The informative file on the creator of The Club of the Free Kings, Puiu Apostolescu, contains five photographs of two badges made of wood. They were carved by Apostolescu and sent to his friend, Eugen Mircea, in Târgoviște. The insignia were confiscated by the Dâmbovița county branch of the Securitate on the occasion of a search at Eugen Mircea’s home. The badges were one of the distinctive elements of a member of The Club of the Free Kings. They were supposed not only to differentiate the Free Kings from their peers but also to underline the hippy character of the group. Thus, on one side, the badges contained the name of the group, and the word “hippy.” The word “free” is written twice in the combination, with “The Free Kings” and “The Free Club.”On the reverse, the badges are individualised, as they contain the English nicknames of Eugen Mircea (Christ) and Puiu Apostolescu (O’Brien McHarrison) as a way of stressing their friendship and membership of the group (ACNSAS I 3032, ff. 128–132).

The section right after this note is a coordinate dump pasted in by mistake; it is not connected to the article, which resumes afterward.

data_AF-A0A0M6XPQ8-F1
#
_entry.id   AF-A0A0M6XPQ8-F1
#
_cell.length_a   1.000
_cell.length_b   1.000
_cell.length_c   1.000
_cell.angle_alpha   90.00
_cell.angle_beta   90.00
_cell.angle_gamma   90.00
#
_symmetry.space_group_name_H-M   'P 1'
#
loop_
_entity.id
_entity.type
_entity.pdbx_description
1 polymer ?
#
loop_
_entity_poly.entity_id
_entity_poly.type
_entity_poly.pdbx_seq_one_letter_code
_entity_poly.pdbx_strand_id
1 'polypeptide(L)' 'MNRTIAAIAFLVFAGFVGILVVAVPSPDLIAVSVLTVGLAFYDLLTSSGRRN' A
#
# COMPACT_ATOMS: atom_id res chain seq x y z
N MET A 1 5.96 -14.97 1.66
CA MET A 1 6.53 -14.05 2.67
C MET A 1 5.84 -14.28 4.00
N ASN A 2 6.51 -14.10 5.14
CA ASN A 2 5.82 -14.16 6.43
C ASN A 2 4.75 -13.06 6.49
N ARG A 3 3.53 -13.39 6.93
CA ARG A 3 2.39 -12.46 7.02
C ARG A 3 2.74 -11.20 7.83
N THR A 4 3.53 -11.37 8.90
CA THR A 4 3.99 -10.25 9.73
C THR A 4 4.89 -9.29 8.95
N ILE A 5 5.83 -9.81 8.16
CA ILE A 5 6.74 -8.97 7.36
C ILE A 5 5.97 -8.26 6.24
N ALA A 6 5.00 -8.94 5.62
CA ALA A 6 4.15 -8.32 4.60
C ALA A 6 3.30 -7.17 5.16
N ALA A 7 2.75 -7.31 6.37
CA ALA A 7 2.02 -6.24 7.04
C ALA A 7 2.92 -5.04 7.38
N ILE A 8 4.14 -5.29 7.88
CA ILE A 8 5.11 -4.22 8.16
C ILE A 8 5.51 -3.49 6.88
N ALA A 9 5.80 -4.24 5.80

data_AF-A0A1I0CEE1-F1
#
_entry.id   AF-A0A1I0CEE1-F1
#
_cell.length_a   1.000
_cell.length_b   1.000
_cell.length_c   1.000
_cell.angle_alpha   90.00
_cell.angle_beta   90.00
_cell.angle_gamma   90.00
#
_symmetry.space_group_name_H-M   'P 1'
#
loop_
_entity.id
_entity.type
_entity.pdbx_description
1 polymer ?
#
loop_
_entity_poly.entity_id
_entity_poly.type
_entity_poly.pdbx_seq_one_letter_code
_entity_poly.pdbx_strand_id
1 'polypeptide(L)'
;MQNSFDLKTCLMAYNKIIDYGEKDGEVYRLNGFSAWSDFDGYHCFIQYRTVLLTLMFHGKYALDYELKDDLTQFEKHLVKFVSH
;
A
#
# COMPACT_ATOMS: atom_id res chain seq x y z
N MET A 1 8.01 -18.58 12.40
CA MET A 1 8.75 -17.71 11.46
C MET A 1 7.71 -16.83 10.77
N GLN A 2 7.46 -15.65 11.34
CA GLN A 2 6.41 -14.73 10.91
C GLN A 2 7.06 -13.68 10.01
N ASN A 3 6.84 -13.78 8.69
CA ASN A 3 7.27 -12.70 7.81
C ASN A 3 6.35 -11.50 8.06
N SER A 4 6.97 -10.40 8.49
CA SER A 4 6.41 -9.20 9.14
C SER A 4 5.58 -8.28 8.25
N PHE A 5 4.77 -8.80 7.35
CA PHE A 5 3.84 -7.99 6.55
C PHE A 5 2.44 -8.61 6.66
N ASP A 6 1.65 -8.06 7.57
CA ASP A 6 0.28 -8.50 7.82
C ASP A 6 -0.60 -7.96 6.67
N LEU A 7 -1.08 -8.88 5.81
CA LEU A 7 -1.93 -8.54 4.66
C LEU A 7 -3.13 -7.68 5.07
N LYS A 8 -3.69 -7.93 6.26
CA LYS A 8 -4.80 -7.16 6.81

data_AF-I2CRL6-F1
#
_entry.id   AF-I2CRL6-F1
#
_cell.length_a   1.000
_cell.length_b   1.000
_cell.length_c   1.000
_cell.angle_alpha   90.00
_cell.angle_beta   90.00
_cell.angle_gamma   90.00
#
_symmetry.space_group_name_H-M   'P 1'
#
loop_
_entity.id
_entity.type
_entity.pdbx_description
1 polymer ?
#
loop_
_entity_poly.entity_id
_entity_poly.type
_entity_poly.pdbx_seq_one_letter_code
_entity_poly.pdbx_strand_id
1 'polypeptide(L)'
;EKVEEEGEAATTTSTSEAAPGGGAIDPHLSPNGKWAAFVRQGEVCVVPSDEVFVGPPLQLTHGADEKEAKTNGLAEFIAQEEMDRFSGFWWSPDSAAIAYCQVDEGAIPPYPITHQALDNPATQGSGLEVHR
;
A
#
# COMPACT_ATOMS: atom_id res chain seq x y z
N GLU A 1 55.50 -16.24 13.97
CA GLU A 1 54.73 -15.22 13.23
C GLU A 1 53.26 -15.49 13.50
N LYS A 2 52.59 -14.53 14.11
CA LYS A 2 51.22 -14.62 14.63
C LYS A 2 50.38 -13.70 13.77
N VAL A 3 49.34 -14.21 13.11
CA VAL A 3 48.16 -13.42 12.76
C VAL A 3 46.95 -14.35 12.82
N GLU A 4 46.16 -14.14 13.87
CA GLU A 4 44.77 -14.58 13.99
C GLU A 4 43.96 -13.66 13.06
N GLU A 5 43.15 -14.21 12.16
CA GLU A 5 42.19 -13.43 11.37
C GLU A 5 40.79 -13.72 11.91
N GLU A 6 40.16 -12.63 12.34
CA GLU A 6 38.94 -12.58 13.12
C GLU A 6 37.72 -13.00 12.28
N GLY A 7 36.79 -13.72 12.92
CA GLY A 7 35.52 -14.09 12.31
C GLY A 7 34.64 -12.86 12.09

Petko Ogoyski in his collection holding the wooden shoe with a secret hiding-place in which his wife, Jagoda, put medicines and a small pencil and so brought them to the forced labor camp in Belene on Persin Island.
During the communist period, the materials showing the repressive nature of the communist regime in Bulgaria were hidden at the birthplace of Petko Ogoyski, in the village of Ogoya, located between Sofia and the city of Vratsa. They were openly shown and made known to the public after the political turn in November 1989. After the end of the socialist state, numerous events were organized in which Petko Ogoyski participated and used materials of his collection (s. Events).
There are three wraps in the collection. These wraps were used by Paulis Kļaviņš and other activists in Hilfsaktion Märtyer-Kirche (HMK) and the 'Action of Light' in street actions in West Germany and France in 1983. Two are made from brown-coloured fabric, the third is made from black-coloured fabric. On the wraps are printed portraits of Soviet political prisoners: Dmitry Minyakov, Vytautas Skuodis and Lidija Doroņina-Lasmane, and inscriptions such as: 'Die Verfolgten in der Sowjetunion berätingen unsere Solidarität'. These wraps are used by the museum in a multimedia exhibition.